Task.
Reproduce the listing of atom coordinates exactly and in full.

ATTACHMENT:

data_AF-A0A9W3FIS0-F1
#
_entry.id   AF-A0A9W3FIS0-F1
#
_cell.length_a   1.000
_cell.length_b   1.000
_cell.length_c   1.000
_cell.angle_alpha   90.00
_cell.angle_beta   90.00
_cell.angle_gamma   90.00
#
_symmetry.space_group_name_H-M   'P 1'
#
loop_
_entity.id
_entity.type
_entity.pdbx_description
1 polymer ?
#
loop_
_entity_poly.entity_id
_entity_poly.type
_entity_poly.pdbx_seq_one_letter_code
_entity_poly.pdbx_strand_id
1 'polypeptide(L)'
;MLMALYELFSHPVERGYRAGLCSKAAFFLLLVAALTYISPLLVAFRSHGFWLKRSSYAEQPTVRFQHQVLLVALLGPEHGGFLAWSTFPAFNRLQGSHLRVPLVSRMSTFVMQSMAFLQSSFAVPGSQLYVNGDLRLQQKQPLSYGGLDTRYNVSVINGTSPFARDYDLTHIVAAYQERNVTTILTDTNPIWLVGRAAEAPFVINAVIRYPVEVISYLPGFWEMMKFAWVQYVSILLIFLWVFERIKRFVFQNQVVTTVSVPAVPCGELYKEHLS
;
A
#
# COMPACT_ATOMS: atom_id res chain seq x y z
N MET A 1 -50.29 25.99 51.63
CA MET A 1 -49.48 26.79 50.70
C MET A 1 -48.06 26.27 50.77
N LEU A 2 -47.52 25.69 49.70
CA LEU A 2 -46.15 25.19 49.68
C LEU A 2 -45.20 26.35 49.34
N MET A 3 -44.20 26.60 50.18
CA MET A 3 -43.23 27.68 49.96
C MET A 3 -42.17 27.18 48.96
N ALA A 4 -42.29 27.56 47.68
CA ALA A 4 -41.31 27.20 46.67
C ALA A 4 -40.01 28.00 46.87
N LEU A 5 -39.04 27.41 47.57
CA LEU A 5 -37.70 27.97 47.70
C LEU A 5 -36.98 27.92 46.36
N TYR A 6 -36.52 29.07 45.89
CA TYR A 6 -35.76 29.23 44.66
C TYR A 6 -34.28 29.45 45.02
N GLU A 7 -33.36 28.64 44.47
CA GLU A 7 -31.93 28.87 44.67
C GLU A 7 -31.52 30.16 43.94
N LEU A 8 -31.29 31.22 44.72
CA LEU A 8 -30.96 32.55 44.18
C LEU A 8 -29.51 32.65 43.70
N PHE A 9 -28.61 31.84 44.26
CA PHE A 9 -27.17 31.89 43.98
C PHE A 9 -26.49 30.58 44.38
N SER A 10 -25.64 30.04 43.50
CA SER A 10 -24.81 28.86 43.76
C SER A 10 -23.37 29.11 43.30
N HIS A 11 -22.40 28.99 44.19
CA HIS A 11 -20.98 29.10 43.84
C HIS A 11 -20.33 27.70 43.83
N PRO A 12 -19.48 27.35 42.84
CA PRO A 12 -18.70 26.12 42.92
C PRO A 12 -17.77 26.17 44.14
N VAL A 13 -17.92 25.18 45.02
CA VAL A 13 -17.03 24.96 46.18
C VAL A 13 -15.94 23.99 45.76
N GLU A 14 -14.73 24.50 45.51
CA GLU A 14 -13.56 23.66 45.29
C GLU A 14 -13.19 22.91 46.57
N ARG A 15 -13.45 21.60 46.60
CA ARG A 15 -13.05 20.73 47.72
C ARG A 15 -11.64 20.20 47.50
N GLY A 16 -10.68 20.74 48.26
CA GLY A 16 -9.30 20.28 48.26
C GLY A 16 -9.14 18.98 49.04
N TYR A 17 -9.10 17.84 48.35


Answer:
data_AF-A0A9W3FIS0-F1
#
_entry.id   AF-A0A9W3FIS0-F1
#
_cell.length_a   1.000
_cell.length_b   1.000
_cell.length_c   1.000
_cell.angle_alpha   90.00
_cell.angle_beta   90.00
_cell.angle_gamma   90.00
#
_symmetry.space_group_name_H-M   'P 1'
#
loop_
_entity.id
_entity.type
_entity.pdbx_description
1 polymer ?
#
loop_
_entity_poly.entity_id
_entity_poly.type
_entity_poly.pdbx_seq_one_letter_code
_entity_poly.pdbx_strand_id
1 'polypeptide(L)'
;MLMALYELFSHPVERGYRAGLCSKAAFFLLLVAALTYISPLLVAFRSHGFWLKRSSYAEQPTVRFQHQVLLVALLGPEHGGFLAWSTFPAFNRLQGSHLRVPLVSRMSTFVMQSMAFLQSSFAVPGSQLYVNGDLRLQQKQPLSYGGLDTRYNVSVINGTSPFARDYDLTHIVAAYQERNVTTILTDTNPIWLVGRAAEAPFVINAVIRYPVEVISYLPGFWEMMKFAWVQYVSILLIFLWVFERIKRFVFQNQVVTTVSVPAVPCGELYKEHLS
;
A
#
# COMPACT_ATOMS: atom_id res chain seq x y z
N MET A 1 -50.29 25.99 51.63
CA MET A 1 -49.48 26.79 50.70
C MET A 1 -48.06 26.27 50.77
N LEU A 2 -47.52 25.69 49.70
CA LEU A 2 -46.15 25.19 49.68
C LEU A 2 -45.20 26.35 49.34
N MET A 3 -44.20 26.60 50.18
CA MET A 3 -43.23 27.68 49.96
C MET A 3 -42.17 27.18 48.96
N ALA A 4 -42.29 27.56 47.68
CA ALA A 4 -41.31 27.20 46.67
C ALA A 4 -40.01 28.00 46.87
N LEU A 5 -39.04 27.41 47.57
CA LEU A 5 -37.70 27.97 47.70
C LEU A 5 -36.98 27.92 46.36
N TYR A 6 -36.52 29.07 45.89
CA TYR A 6 -35.76 29.23 44.66
C TYR A 6 -34.28 29.45 45.02
N GLU A 7 -33.36 28.64 44.47
CA GLU A 7 -31.93 28.87 44.67
C GLU A 7 -31.52 30.16 43.94
N LEU A 8 -31.29 31.22 44.72
CA LEU A 8 -30.96 32.55 44.18
C LEU A 8 -29.51 32.65 43.70
N PHE A 9 -28.61 31.84 44.26
CA PHE A 9 -27.17 31.89 43.98
C PHE A 9 -26.49 30.58 44.38
N SER A 10 -25.64 30.04 43.50
CA SER A 10 -24.81 28.86 43.76
C SER A 10 -23.37 29.11 43.30
N HIS A 11 -22.40 28.99 44.19
CA HIS A 11 -20.98 29.10 43.84
C HIS A 11 -20.33 27.70 43.83
N PRO A 12 -19.48 27.35 42.84
CA PRO A 12 -18.70 26.12 42.92
C PRO A 12 -17.77 26.17 44.14
N VAL A 13 -17.92 25.18 45.02
CA VAL A 13 -17.03 24.96 46.18
C VAL A 13 -15.94 23.99 45.76
N GLU A 14 -14.73 24.50 45.51
CA GLU A 14 -13.56 23.66 45.29
C GLU A 14 -13.19 22.91 46.57
N ARG A 15 -13.45 21.60 46.60
CA ARG A 15 -13.05 20.73 47.72
C ARG A 15 -11.64 20.20 47.50
N GLY A 16 -10.68 20.74 48.26
CA GLY A 16 -9.30 20.28 48.26
C GLY A 16 -9.14 18.98 49.04
N TYR A 17 -9.10 17.84 48.35